Report: ATM fraud on the risereport released Tuesday by Javelin Strategy & Research.
The report, which is based on a telephone and online survey of 8,168 consumers, found that 10 percent of all fraud victims had cash withdrawn from their accounts via fraudulent ATM transactions. Twenty-three percent of those who experienced fraudulent withdrawals left their primary financial institution.
Using an ATM machine can place consumers' data at risk in several ways, according to Adam Bosnian, VP of products, strategy and sales at privileged identity management solutions vendor Cyber-Ark Software.
Thieves may place legitimate-looking hardware skimmers on the face of an ATM machine that copy information from the magnetic strip of a card, for example. In addition, thieves could use spy cameras or Bluetooth wireless communications to obtain PIN numbers and credit card data, Bosnian said.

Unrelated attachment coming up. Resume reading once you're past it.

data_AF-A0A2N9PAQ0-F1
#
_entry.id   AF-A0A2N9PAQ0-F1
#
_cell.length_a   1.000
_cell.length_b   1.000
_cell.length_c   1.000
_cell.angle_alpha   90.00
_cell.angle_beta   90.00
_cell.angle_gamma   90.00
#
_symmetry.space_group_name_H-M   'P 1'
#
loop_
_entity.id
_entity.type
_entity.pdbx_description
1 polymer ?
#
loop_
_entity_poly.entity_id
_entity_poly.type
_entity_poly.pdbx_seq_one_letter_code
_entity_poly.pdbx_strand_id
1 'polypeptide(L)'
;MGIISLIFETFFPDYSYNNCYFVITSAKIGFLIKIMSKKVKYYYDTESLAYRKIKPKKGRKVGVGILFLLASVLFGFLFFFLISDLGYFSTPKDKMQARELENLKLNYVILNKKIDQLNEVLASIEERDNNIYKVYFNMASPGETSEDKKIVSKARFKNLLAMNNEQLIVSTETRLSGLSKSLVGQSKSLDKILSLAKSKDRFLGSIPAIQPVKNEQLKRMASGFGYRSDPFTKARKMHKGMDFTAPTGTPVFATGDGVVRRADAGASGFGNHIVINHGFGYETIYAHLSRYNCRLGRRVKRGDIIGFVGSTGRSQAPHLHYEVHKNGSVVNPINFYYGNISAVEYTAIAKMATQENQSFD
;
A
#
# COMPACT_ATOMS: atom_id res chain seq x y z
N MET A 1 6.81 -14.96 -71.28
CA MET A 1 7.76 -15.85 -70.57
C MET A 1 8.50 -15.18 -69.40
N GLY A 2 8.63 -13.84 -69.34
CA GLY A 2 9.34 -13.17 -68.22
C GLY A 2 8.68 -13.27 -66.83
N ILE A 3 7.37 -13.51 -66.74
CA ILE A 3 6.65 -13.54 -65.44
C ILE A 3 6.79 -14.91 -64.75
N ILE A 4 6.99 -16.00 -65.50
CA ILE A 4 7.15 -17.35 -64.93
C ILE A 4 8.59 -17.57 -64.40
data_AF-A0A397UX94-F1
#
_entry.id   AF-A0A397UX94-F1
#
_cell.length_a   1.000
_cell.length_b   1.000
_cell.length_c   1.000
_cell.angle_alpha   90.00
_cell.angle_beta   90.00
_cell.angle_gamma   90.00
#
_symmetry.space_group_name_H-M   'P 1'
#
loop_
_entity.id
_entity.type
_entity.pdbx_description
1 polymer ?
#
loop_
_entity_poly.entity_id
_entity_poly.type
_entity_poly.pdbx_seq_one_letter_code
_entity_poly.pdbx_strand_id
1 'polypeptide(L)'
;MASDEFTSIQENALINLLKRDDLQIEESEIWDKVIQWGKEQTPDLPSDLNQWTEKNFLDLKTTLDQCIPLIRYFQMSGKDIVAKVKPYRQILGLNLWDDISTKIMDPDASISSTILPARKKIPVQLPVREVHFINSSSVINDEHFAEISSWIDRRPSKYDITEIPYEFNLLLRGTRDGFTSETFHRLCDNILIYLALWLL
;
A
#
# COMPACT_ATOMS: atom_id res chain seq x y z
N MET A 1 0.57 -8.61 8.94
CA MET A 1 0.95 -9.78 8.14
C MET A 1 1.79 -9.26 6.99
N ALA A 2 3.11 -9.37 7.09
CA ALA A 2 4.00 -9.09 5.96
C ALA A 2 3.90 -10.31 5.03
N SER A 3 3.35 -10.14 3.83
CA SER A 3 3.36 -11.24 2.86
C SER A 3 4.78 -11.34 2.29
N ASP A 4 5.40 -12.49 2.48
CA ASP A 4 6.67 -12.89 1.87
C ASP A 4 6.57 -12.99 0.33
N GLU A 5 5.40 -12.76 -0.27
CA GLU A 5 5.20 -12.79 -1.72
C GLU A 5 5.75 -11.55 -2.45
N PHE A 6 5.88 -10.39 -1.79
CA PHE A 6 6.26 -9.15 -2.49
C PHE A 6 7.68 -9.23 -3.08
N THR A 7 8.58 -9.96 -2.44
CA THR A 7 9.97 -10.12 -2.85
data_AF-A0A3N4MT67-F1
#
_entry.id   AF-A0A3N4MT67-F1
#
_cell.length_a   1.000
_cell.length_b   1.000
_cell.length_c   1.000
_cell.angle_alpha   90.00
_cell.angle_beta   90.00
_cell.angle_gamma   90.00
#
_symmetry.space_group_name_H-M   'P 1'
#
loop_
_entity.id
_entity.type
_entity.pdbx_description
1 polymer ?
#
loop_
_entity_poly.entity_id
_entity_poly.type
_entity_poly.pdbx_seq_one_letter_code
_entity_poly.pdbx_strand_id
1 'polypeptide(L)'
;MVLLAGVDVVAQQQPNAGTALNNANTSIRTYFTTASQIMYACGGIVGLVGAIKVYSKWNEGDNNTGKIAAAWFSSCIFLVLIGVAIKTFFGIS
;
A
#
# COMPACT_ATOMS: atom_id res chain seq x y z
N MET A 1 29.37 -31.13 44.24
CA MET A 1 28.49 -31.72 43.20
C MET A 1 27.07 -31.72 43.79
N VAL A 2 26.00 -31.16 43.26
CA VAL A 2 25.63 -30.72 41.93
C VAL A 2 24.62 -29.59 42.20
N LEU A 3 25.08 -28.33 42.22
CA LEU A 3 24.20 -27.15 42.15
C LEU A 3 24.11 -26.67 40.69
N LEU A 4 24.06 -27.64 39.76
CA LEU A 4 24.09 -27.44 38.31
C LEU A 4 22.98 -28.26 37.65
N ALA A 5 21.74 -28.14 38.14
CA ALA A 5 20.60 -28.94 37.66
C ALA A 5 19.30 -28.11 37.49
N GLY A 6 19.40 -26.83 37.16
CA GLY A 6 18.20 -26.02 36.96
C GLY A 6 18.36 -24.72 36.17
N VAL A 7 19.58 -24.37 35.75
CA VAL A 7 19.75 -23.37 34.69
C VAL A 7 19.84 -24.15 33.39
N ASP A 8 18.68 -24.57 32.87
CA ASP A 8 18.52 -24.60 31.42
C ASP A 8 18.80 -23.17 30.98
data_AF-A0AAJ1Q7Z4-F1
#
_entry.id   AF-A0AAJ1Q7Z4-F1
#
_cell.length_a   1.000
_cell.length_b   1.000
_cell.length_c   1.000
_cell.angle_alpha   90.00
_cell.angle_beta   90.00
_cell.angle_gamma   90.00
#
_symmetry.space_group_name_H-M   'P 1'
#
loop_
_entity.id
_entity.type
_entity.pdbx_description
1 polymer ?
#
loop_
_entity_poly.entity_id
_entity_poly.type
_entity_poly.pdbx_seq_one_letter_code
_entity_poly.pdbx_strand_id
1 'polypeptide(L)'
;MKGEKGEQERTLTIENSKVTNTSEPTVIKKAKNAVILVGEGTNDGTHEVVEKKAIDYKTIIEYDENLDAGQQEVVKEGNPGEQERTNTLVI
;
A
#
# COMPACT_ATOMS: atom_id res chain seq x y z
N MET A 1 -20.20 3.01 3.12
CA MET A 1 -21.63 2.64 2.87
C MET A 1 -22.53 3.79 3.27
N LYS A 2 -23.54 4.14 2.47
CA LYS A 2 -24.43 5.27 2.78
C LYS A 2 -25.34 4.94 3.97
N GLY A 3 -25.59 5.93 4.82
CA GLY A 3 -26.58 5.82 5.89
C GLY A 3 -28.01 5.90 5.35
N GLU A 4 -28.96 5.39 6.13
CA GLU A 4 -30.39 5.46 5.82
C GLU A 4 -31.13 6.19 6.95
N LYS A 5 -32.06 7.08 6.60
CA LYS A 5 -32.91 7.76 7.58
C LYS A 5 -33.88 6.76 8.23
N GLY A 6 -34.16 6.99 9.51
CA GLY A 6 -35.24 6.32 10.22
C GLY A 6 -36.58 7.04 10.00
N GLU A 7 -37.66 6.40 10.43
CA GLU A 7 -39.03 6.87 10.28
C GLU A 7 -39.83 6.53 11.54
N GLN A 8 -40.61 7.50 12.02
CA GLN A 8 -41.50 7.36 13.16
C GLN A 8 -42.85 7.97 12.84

According to the Javelin report, ATM fraud is not only growing in prevalence, but also in sophistication.
“Skimming attacks, the most basic, are being replaced with attacks on the software inside ATMs and ATM networks,” the report states.
Often, these types of attacks are carried through the exploitation of legacy hardware and software vulnerabilities that are present in machines. In addition, attackers can use various hacking methods to gain access to an organization's network and obtain credit and debit card information in bulk, Bosnian said.
Despite the ample risks, consumers are not consistently being protected by their banks from ATM fraud, the survey found. However, certain banks – including Bank of America, Chase, Citibank and Wells Fargo – were found in the survey to be the best at covering fraudulent ATM withdrawals.
To protect consumers from ATM fraud, financial institutions should educate consumers about typical skimming techniques and offer zero-liability protection that includes PIN credit and debit card losses, the report said.
In addition, ATM vendors should use “anti-skim” designs for their ATM surface and keyboards. Also, ATM vendors should use Payment Card Industry (PCI)-certified components to guard against common software vulnerabilities that can be exploited.
“It is expected that ATM PIN fraud will increase unless comprehensive layered security is used to mitigate the risk,” the report states.